This exhibition features works from the Detroit Institute of Arts’ renowned collection of early twentieth-century German Expressionist paintings, sculptures, prints, and drawings, by artists who belonged to the groups known as The Blue Rider (active in Munich) and The Bridge (active in Dresden and Berlin). The Detroit collection contains major works by Wassily Kandinsky, Otto Dix, Max Beckmann, Paula Modersohn-Becker, Franz Marc, and Ernst Ludwig Kirchner.
This exhibition was organized by the Detroit Institute of Arts.
Content from Gallery Guide
In 1905, four architecture students named Fritz Bleyl, Erich Heckel, Ernst Ludwig Kirchner, and Karl Schmidt-Rottluff formed the artist group Die Brücke (The Bridge) in Dresden. One year later, they issued a woodcut with this rallying cry to fellow artists:
With faith in development and in a new generation of creators and appreciators we call together all youth. As youth, we carry the future and want to create for ourselves freedom of life and of movement against long-established older forces. Everyone who with directness and authenticity conveys that which drives him to creation, belongs to us.1
Die Brücke sought to overthrow the established order of art and society in turn-of-the-century Germany. Working together until 1913, its members developed a group painting style characterized by distorted forms, vigorous brushstrokes, and vivid colors. Simultaneously, they experimented with the starkness of traditional German black-and-white printmaking . Following in the footsteps of the Dutch artist Vincent van Gogh (1853–1890) and the Norwegian artist Edvard Munch (1863–1944), they focused on conveying psychological states and emotions rather than outward appearances. The young, self-trained artists of Die Brücke formulated the distinctive visual language and the fundamental premise of German Expressionism, one of the major movements in modern art.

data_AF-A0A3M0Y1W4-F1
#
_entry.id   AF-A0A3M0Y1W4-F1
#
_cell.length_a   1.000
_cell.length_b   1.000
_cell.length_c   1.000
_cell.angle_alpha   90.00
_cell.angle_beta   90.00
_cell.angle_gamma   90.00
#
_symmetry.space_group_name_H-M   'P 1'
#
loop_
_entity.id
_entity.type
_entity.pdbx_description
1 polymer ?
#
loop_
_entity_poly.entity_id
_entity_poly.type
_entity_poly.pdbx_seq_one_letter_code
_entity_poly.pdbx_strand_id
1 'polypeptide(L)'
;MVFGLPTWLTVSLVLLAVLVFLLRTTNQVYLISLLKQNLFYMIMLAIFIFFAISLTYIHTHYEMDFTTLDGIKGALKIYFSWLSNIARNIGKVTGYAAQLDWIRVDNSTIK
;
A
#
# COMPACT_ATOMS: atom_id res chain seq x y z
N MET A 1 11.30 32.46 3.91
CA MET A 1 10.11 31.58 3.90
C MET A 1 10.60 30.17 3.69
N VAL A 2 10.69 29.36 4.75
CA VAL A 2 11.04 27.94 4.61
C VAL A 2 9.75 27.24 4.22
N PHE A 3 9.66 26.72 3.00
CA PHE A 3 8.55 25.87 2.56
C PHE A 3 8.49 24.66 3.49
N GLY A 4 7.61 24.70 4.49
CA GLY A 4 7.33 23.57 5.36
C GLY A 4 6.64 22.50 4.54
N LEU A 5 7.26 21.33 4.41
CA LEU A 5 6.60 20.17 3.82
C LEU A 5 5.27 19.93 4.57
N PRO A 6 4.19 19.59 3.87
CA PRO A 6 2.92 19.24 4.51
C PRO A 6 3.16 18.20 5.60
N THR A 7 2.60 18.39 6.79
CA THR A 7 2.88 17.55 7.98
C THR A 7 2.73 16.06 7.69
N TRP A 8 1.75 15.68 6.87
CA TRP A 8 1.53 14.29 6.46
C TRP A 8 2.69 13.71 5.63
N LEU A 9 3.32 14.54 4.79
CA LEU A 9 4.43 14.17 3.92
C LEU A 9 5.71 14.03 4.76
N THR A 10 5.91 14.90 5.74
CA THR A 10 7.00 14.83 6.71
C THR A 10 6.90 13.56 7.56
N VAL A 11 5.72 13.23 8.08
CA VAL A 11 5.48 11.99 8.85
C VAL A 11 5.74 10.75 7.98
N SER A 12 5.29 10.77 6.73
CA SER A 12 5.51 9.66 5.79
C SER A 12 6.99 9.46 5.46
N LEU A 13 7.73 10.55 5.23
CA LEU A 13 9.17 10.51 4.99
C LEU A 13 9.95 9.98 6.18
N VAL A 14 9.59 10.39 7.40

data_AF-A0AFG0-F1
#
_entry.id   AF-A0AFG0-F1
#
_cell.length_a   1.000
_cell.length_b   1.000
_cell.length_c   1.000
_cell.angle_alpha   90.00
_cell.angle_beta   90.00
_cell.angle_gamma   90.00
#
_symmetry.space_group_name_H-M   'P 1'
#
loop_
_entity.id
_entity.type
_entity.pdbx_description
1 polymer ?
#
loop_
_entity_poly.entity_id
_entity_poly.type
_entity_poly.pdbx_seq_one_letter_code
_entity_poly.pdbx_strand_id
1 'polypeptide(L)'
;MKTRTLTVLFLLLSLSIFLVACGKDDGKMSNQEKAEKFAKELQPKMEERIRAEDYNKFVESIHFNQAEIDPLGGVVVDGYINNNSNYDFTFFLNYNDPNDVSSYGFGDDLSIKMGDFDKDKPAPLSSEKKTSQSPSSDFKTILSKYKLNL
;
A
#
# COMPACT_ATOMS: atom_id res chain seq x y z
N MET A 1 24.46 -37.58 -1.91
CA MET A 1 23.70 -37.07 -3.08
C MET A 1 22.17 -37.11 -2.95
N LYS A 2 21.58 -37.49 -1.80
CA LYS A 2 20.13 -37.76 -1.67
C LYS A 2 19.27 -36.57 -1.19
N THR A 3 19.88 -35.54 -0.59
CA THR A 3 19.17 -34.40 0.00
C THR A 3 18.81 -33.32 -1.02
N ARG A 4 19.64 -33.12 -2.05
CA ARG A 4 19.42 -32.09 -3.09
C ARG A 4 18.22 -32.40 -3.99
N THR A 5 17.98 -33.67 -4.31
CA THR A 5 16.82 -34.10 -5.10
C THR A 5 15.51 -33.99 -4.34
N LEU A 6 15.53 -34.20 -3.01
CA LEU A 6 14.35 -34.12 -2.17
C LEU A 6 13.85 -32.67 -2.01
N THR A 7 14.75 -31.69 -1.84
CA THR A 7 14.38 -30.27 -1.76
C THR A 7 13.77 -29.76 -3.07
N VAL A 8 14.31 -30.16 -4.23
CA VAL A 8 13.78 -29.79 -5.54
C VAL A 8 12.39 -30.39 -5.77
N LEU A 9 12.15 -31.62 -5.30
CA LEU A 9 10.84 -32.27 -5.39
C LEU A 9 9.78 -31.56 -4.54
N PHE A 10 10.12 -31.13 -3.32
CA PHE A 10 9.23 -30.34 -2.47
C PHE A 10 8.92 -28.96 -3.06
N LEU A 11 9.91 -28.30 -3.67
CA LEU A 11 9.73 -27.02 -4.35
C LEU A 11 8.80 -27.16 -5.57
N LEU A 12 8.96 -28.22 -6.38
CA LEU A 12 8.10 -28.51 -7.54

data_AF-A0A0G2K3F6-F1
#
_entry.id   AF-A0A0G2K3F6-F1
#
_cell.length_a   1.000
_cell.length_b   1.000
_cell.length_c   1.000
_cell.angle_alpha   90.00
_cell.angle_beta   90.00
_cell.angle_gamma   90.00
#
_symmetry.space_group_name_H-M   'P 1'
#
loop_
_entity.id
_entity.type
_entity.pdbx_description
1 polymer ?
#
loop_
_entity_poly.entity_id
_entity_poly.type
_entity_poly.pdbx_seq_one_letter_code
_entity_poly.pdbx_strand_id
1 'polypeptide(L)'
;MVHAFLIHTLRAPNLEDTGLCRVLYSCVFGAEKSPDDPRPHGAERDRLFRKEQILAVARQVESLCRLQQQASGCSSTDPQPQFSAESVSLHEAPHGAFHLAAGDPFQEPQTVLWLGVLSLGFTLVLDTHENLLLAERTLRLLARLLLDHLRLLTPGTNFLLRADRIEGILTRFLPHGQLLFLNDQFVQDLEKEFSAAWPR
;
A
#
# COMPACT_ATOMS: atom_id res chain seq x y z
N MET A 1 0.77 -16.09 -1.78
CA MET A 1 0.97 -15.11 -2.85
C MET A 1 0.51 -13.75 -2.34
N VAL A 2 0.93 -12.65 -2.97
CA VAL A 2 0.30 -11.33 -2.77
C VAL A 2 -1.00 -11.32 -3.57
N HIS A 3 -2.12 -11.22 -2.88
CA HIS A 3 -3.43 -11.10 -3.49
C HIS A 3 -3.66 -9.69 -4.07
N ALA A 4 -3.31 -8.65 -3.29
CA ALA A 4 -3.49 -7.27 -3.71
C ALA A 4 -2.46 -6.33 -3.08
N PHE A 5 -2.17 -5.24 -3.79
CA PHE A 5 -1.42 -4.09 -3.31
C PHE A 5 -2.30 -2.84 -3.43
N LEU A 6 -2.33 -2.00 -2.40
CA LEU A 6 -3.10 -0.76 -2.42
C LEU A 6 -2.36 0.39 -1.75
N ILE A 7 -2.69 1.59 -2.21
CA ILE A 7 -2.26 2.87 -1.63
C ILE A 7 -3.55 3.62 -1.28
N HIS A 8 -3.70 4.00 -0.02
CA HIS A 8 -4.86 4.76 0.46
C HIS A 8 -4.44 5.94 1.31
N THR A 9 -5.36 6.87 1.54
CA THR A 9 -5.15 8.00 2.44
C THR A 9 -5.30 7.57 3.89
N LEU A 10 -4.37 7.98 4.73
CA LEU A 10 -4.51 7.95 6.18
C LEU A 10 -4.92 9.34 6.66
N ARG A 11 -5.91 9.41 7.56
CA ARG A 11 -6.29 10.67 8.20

This exhibition of German Expressionist painting, sculpture, and works on paper, which is drawn entirely from the extraordinary collection of the Detroit Institute of Arts (DIA), explores the entire breadth of this artistic movement from its beginnings around 1905 through 1950. The exhibition opens with the forerunners to Die Brücke who had freed themselves from the constraints and conservative tendencies of Germany’s academic system and annual salons. Some of these pioneers, such as the sculptor Wilhelm Lehmbruck and the painter-printmaker George Grosz, were dedicated individualists. The majority of these artists, however, helped to change the course of German art history by taking part in a secession—an organization formed in protest to the selection process, hanging conditions, and exclusion of foreign artists from state exhibitions. The Berlin Secession stood out as the most avant-garde and cosmopolitan; it was additionally significant because it welcomed women, who had always been excluded from the state academies and salons. The secessions mounted exhibitions of their own and their members were able to survive outside the state system thanks to visionary private art dealers who marketed and sold their work. These developments paved the way for the more radical breakthroughs of Die Brücke.
The Frist Art Museum gratefully acknowledges our Picasso Circle Members as Exhibition Patrons.
Judy and Joe Barker
Barbara and Jack Bovender
Richard and Judith Bracken
Joanne and Tom Cato
Laura and John Chadwick
Patricia Frist Elcan and Charles A. Elcan
Jennifer and Billy Frist
Julie and Tommy Frist
Karyn McLaughlin Frist
Patricia C. Frist and Thomas F. Frist, Jr., M.D.
Bernice and Joel Gordon
Patricia and Rodes Hart
Marlene and Spencer Hays
R. Milton and Denice Johnson
Dr. and Mrs. Howard S. Kirshner
Lynn and Ken Melkus
Ben and Joan Rechter
Jan and Stephen S. Riven
Delphine and Ken Roberts
Anne and Joe Russell
Luke and Susan Simons